By Tsvetana Paraskova for Oilprice.com
Deutsche Bank is ending financing for new oil and gas projects in the oil sands and the Arctic region effective immediately, becoming the latest major bank to reconsider lending money to fossil fuel projects in sensitive areas.
Deutsche Bank will no longer finance any new projects in the Arctic or the oil sands and will review all its existing business in the oil and gas industry, the bank said in a statement on Monday.
Deutsche Bank unveiled an updated Fossil Fuels Policy to set new limits on financing business activities that involve oil, gas, or coal, and pledged to end its global business activities in coal mining by 2025 at the latest “in order to help drive the transformation to a sustainable economy.”
“In its current form, the Policy sets us ambitious targets and enables us to help our long-standing clients with their own transformation. It will allow us to play our part in protecting the climate and helping the EU to achieve its goal of being climate neutral by 2050,” CEO Christian Sewing, who also chairs Deutsche Bank’s Sustainability Council, said.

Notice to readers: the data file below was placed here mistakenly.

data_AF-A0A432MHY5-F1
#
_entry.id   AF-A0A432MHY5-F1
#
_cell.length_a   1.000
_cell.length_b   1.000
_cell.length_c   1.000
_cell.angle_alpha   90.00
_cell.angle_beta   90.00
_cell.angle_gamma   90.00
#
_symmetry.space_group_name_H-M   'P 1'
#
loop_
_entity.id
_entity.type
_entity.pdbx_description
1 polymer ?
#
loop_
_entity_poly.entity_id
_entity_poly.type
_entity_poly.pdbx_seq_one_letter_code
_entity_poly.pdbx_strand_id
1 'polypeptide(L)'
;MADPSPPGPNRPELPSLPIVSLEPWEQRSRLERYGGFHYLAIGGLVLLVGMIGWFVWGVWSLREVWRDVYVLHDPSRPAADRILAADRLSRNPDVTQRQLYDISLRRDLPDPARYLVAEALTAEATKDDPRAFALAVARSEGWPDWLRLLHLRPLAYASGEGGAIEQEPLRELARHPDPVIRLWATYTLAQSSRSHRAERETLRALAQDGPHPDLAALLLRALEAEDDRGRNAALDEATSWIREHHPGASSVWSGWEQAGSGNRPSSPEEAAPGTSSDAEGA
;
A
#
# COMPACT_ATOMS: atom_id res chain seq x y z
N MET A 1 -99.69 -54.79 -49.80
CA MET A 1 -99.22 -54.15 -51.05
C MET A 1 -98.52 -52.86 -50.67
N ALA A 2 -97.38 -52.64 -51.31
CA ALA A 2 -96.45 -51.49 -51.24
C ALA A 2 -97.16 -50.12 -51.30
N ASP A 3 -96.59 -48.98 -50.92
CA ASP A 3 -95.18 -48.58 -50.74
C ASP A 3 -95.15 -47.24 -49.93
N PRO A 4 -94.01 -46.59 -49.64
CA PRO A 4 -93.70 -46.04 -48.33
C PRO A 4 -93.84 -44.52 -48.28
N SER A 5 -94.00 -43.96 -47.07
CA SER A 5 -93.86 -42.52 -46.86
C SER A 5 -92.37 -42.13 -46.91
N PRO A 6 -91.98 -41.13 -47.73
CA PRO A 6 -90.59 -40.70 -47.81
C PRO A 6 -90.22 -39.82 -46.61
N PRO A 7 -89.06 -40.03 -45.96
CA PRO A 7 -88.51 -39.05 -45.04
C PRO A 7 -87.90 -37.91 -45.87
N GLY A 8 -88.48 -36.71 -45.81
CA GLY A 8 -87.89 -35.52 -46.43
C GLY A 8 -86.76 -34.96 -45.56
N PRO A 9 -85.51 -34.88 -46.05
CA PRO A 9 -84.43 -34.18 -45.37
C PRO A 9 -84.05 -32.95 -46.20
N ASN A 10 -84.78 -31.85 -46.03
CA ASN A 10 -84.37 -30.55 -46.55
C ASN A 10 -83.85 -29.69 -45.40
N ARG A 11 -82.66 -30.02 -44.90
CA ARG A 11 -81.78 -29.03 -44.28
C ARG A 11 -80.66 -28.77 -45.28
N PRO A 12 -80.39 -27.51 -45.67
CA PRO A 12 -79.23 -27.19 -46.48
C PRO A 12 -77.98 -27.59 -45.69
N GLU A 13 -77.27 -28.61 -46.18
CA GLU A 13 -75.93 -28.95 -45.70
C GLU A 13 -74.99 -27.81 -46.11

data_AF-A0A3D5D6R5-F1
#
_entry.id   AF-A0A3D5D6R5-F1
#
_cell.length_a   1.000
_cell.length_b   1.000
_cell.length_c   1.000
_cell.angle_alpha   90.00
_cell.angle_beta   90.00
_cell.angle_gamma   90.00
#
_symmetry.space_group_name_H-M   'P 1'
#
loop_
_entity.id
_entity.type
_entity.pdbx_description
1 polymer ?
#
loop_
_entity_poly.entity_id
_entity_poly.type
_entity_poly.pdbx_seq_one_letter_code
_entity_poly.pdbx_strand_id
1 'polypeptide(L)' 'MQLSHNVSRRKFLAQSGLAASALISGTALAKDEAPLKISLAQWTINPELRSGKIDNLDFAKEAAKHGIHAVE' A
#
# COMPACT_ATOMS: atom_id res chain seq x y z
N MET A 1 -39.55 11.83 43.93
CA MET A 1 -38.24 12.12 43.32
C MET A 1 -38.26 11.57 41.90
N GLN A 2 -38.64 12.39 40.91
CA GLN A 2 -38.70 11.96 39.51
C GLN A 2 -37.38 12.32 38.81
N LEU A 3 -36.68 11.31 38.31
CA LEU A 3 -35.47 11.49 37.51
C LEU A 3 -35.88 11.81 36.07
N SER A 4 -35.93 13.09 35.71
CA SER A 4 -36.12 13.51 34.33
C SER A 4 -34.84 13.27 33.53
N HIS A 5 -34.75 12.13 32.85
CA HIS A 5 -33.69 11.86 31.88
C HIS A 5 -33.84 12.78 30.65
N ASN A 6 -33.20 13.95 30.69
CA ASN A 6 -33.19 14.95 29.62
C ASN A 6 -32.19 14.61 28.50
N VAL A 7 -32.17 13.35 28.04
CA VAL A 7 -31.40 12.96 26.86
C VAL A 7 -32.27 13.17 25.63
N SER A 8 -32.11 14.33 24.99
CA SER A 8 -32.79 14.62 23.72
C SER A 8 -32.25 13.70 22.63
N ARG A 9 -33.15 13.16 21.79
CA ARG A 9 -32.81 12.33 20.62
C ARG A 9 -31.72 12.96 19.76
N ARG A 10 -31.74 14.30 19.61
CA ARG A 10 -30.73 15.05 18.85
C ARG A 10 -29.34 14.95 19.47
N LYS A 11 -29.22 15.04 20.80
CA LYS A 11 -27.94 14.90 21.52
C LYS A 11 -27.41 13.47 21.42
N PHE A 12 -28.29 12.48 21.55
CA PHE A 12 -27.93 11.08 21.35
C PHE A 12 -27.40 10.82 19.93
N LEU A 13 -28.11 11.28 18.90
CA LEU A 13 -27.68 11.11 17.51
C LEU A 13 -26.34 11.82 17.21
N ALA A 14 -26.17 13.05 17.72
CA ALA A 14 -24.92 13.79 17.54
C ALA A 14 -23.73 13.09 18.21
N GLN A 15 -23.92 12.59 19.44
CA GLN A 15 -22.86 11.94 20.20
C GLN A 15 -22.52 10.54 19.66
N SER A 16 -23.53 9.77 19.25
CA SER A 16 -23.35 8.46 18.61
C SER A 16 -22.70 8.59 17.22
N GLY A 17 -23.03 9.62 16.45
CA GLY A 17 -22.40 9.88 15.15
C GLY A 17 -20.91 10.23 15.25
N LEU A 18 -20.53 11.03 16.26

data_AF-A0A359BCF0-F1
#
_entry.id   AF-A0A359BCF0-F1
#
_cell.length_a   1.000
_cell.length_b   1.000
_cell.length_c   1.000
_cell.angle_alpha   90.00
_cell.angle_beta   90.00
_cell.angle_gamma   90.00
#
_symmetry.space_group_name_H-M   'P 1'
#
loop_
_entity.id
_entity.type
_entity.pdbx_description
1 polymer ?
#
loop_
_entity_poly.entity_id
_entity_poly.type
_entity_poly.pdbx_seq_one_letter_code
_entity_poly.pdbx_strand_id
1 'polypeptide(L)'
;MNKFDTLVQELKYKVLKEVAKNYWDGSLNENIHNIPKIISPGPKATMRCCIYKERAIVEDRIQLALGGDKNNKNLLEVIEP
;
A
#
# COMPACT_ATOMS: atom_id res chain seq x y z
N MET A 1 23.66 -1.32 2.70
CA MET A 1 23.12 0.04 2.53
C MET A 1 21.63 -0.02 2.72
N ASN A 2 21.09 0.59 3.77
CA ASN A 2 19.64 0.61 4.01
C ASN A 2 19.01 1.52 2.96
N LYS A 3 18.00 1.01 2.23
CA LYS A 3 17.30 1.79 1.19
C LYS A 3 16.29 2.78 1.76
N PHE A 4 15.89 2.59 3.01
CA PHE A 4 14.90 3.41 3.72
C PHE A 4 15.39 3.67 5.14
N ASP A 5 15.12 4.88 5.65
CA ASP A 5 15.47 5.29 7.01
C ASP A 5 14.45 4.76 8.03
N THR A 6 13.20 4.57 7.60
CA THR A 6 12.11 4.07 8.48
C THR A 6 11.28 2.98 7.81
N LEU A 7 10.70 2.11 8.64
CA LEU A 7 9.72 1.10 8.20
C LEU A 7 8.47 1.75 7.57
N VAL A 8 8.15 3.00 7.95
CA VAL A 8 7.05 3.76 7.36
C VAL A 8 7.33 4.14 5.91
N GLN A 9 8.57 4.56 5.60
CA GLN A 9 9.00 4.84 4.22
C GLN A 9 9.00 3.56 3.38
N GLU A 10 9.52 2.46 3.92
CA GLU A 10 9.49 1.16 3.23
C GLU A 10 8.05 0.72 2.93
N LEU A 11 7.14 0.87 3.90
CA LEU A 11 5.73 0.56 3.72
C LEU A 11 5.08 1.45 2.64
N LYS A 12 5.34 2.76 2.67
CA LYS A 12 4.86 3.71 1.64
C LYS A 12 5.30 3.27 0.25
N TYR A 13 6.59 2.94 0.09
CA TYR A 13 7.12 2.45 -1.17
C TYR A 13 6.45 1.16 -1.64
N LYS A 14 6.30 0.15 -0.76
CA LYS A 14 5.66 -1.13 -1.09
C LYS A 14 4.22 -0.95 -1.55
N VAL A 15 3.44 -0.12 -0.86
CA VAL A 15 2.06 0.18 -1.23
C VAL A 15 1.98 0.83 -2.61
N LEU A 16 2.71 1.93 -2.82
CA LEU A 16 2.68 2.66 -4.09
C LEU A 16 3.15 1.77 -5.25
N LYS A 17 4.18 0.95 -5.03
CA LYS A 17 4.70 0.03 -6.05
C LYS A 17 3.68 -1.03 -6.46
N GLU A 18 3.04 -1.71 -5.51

Last year, Deutsche Bank and 129 other banks – representing a third of the world’s banks, worth a total of US$47 trillion in assets, committed to align ing their business to the Paris Climate Agreement, in the biggest pledge to climate sustainability from the banking sector yet.
Many banks, especially in Europe, have faced in recent years increased public and activist pressure to stop funding fossil fuel projects. Some of them have said they would stop providing project-specific financing for coal-fired power plants or exploration and production of oil sands and oil in the Arctic.
In the United States, Goldman Sachs said in December 2019 that it would decline to finance new Arctic oil exploration and production and new thermal coal mine development or strip mining. Wells Fargo and JPMorgan have also said they would stop financing new oil and gas projects in the Arctic.